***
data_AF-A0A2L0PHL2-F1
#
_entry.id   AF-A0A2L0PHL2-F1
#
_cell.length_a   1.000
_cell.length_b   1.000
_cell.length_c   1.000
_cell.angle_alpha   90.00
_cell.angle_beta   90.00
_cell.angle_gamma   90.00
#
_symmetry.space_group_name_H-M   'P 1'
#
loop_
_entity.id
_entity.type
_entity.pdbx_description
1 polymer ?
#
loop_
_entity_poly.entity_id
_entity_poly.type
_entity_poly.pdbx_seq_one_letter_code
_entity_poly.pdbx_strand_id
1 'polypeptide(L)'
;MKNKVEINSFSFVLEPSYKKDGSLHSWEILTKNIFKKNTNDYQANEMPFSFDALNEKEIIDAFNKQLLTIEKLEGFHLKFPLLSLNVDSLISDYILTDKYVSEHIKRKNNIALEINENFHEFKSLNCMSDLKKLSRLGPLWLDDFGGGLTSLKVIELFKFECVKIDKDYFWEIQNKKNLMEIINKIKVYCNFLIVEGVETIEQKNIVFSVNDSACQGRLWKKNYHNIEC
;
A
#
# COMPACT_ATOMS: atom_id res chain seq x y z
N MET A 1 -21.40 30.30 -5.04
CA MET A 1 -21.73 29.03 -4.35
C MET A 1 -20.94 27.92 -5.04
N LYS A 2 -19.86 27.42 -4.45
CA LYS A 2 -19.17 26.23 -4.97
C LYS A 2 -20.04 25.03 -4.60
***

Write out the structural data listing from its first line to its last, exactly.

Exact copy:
data_AF-A0A2L0PHL2-F1
#
_entry.id   AF-A0A2L0PHL2-F1
#
_cell.length_a   1.000
_cell.length_b   1.000
_cell.length_c   1.000
_cell.angle_alpha   90.00
_cell.angle_beta   90.00
_cell.angle_gamma   90.00
#
_symmetry.space_group_name_H-M   'P 1'
#
loop_
_entity.id
_entity.type
_entity.pdbx_description
1 polymer ?
#
loop_
_entity_poly.entity_id
_entity_poly.type
_entity_poly.pdbx_seq_one_letter_code
_entity_poly.pdbx_strand_id
1 'polypeptide(L)'
;MKNKVEINSFSFVLEPSYKKDGSLHSWEILTKNIFKKNTNDYQANEMPFSFDALNEKEIIDAFNKQLLTIEKLEGFHLKFPLLSLNVDSLISDYILTDKYVSEHIKRKNNIALEINENFHEFKSLNCMSDLKKLSRLGPLWLDDFGGGLTSLKVIELFKFECVKIDKDYFWEIQNKKNLMEIINKIKVYCNFLIVEGVETIEQKNIVFSVNDSACQGRLWKKNYHNIEC
;
A
#
# COMPACT_ATOMS: atom_id res chain seq x y z
N MET A 1 -21.40 30.30 -5.04
CA MET A 1 -21.73 29.03 -4.35
C MET A 1 -20.94 27.92 -5.04
N LYS A 2 -19.86 27.42 -4.45
CA LYS A 2 -19.17 26.23 -4.97
C LYS A 2 -20.04 25.03 -4.60